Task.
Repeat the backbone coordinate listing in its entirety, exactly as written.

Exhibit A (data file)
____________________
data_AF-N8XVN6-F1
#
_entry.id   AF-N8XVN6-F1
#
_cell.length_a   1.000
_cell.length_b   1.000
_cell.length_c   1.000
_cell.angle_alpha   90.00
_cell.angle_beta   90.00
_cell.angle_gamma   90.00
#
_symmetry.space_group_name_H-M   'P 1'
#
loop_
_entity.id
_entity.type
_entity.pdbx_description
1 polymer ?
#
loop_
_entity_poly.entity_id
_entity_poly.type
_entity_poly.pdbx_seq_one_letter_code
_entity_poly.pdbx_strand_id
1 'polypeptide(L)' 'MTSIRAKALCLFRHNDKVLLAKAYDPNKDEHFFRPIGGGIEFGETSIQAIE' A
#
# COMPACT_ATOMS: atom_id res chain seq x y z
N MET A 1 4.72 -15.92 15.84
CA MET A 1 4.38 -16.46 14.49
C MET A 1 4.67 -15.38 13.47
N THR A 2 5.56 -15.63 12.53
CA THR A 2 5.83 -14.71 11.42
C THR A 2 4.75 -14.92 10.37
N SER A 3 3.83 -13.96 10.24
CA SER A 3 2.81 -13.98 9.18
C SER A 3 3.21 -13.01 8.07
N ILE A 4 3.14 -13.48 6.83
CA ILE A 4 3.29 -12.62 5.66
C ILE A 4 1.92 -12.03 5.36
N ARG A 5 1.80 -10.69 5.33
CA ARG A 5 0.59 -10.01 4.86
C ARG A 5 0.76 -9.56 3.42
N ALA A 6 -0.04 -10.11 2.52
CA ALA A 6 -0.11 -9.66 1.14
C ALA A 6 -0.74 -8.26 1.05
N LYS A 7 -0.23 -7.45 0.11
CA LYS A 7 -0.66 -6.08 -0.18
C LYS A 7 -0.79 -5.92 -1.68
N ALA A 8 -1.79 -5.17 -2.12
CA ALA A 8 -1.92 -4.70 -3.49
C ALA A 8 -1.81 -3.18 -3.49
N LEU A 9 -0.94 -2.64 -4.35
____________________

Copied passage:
data_AF-N8XVN6-F1
#
_entry.id   AF-N8XVN6-F1
#
_cell.length_a   1.000
_cell.length_b   1.000
_cell.length_c   1.000
_cell.angle_alpha   90.00
_cell.angle_beta   90.00
_cell.angle_gamma   90.00
#
_symmetry.space_group_name_H-M   'P 1'
#
loop_
_entity.id
_entity.type
_entity.pdbx_description
1 polymer ?
#
loop_
_entity_poly.entity_id
_entity_poly.type
_entity_poly.pdbx_seq_one_letter_code
_entity_poly.pdbx_strand_id
1 'polypeptide(L)' 'MTSIRAKALCLFRHNDKVLLAKAYDPNKDEHFFRPIGGGIEFGETSIQAIE' A
#
# COMPACT_ATOMS: atom_id res chain seq x y z
N MET A 1 4.72 -15.92 15.84
CA MET A 1 4.38 -16.46 14.49
C MET A 1 4.67 -15.38 13.47
N THR A 2 5.56 -15.63 12.53
CA THR A 2 5.83 -14.71 11.42
C THR A 2 4.75 -14.92 10.37
N SER A 3 3.83 -13.96 10.24
CA SER A 3 2.81 -13.98 9.18
C SER A 3 3.21 -13.01 8.07
N ILE A 4 3.14 -13.48 6.83
CA ILE A 4 3.29 -12.62 5.66
C ILE A 4 1.92 -12.03 5.36
N ARG A 5 1.80 -10.69 5.33
CA ARG A 5 0.59 -10.01 4.86
C ARG A 5 0.76 -9.56 3.42
N ALA A 6 -0.04 -10.11 2.52
CA ALA A 6 -0.11 -9.66 1.14
C ALA A 6 -0.74 -8.26 1.05
N LYS A 7 -0.23 -7.45 0.11
CA LYS A 7 -0.66 -6.08 -0.18
C LYS A 7 -0.79 -5.92 -1.68
N ALA A 8 -1.79 -5.17 -2.12
CA ALA A 8 -1.92 -4.70 -3.49
C ALA A 8 -1.81 -3.18 -3.49
N LEU A 9 -0.94 -2.64 -4.35